Application of Brillouin thermometry to latest Pleistocene and Holocene halite from Searles Lake, California, USA

Kristian J. Olson, Emmanuel Guillerm, Mark D. Peaple, Tim K. Lowenstein, Véronique Gardien, Frédéric Caupin, Sarah J. Feakins, Jessica E. Tierney, Justin Stroup, Steve Lund, David McGee

Research output: Contribution to journalArticlepeer-review

3 Scopus citations


Paleoclimate records from lakes of the southwestern USA have been limited by a lack of independent paleothermometers, resulting in conflicting characterizations of millennial-scale variability in temperature and moisture. Here a novel method called Brillouin thermometry is applied to halite-bearing dry intervals of the late Pleistocene/Holocene (45–0 ka) core record of Searles Lake, California. Temperatures during muddy wetter intervals are available from branched glycerol dialkyl glycerol tetraethers (brGDGTs). Halite from the sediment-water interface records lake bottom temperatures during dry, high salinity periods. Analysis of modern saline lakes of various chemistries, depths, climate zones, and mixing regimes shows that: 1) average bottom water temperature is approximately equal to mean annual air temperature, and 2) annual range of bottom water temperature is inversely proportional to lake depth. Brillouin temperatures for eight halite intervals 30.6 ka to 8.5 ka range from 11.8 ± 3.6 to 22.4 ± 3.2 °C. Bottom water temperature variability indicates paleolake depths of ∼10 m during halite precipitation. Temperatures from brGDGTs for mud intervals 44.7 ka to 3.6 ka range from 13.4 ± 2.8 to 23.9 ± 3.0 °C. Comparisons of Brillouin temperatures with predicted equilibrium temperatures of salt crystallization shed light on seasonal processes of evaporite deposition and diagenesis. The multiproxy temperature record of Searles Lake agrees with other regional records at glacial/interglacial timescales but displays a wider degree of millennial-scale variability, with temperatures during the last glacial ranging from 8.3 °C below modern mean annual temperatures to 3.8 °C above.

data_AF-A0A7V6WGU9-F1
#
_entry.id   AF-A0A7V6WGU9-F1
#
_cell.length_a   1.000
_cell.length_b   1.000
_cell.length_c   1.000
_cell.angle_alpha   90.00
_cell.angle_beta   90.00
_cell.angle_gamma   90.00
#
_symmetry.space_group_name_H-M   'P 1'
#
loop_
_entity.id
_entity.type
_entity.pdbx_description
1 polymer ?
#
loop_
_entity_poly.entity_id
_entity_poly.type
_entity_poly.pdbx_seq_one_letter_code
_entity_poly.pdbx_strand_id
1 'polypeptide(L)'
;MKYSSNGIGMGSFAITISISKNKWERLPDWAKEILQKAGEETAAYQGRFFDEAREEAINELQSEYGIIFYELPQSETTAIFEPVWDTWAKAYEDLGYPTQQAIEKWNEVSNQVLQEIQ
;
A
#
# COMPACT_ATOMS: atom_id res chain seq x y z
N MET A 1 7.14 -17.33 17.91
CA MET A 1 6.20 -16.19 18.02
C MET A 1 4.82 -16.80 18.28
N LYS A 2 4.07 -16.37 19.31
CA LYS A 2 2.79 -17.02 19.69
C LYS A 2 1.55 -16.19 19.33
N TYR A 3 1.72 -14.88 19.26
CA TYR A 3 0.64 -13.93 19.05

Original languageEnglish (US)
Article number117913
JournalEarth and Planetary Science Letters
StatePublished - Jan 15 2023


  • Brillouin thermometry
  • GDGTs
  • Searles Lake
  • evaporites
  • fluid inclusions

ASJC Scopus subject areas

  • Geophysics
  • Geochemistry and Petrology
  • Earth and Planetary Sciences (miscellaneous)
  • Space and Planetary Science


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